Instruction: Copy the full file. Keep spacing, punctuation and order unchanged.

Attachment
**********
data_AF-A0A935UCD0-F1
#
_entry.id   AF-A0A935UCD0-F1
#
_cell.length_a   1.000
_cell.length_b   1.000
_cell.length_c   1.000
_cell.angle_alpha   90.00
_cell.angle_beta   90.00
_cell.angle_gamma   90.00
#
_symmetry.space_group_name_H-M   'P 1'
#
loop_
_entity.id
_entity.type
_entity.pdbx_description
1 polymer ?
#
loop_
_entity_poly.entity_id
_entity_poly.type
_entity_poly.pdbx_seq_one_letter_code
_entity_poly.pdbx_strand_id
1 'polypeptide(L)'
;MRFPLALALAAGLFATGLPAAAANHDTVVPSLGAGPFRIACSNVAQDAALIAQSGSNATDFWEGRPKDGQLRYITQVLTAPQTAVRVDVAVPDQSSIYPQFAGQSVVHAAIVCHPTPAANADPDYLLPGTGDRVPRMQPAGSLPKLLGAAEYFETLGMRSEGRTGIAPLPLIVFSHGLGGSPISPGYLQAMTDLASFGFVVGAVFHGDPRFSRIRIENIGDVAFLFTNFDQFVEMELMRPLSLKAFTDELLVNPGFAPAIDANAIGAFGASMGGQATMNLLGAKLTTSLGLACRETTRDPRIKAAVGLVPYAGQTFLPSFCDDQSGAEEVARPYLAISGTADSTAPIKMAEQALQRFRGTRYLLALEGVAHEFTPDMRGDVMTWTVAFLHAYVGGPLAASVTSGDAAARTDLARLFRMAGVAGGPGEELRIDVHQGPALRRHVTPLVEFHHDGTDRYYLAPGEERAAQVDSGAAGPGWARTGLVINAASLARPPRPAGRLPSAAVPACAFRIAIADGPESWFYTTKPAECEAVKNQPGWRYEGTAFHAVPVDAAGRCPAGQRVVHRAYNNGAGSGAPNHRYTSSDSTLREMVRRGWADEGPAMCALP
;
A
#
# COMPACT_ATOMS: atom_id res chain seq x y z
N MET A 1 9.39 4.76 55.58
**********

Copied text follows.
data_AF-A0A935UCD0-F1
#
_entry.id   AF-A0A935UCD0-F1
#
_cell.length_a   1.000
_cell.length_b   1.000
_cell.length_c   1.000
_cell.angle_alpha   90.00
_cell.angle_beta   90.00
_cell.angle_gamma   90.00
#
_symmetry.space_group_name_H-M   'P 1'
#
loop_
_entity.id
_entity.type
_entity.pdbx_description
1 polymer ?
#
loop_
_entity_poly.entity_id
_entity_poly.type
_entity_poly.pdbx_seq_one_letter_code
_entity_poly.pdbx_strand_id
1 'polypeptide(L)'
;MRFPLALALAAGLFATGLPAAAANHDTVVPSLGAGPFRIACSNVAQDAALIAQSGSNATDFWEGRPKDGQLRYITQVLTAPQTAVRVDVAVPDQSSIYPQFAGQSVVHAAIVCHPTPAANADPDYLLPGTGDRVPRMQPAGSLPKLLGAAEYFETLGMRSEGRTGIAPLPLIVFSHGLGGSPISPGYLQAMTDLASFGFVVGAVFHGDPRFSRIRIENIGDVAFLFTNFDQFVEMELMRPLSLKAFTDELLVNPGFAPAIDANAIGAFGASMGGQATMNLLGAKLTTSLGLACRETTRDPRIKAAVGLVPYAGQTFLPSFCDDQSGAEEVARPYLAISGTADSTAPIKMAEQALQRFRGTRYLLALEGVAHEFTPDMRGDVMTWTVAFLHAYVGGPLAASVTSGDAAARTDLARLFRMAGVAGGPGEELRIDVHQGPALRRHVTPLVEFHHDGTDRYYLAPGEERAAQVDSGAAGPGWARTGLVINAASLARPPRPAGRLPSAAVPACAFRIAIADGPESWFYTTKPAECEAVKNQPGWRYEGTAFHAVPVDAAGRCPAGQRVVHRAYNNGAGSGAPNHRYTSSDSTLREMVRRGWADEGPAMCALP
;
A
#
# COMPACT_ATOMS: atom_id res chain seq x y z
N MET A 1 9.39 4.76 55.58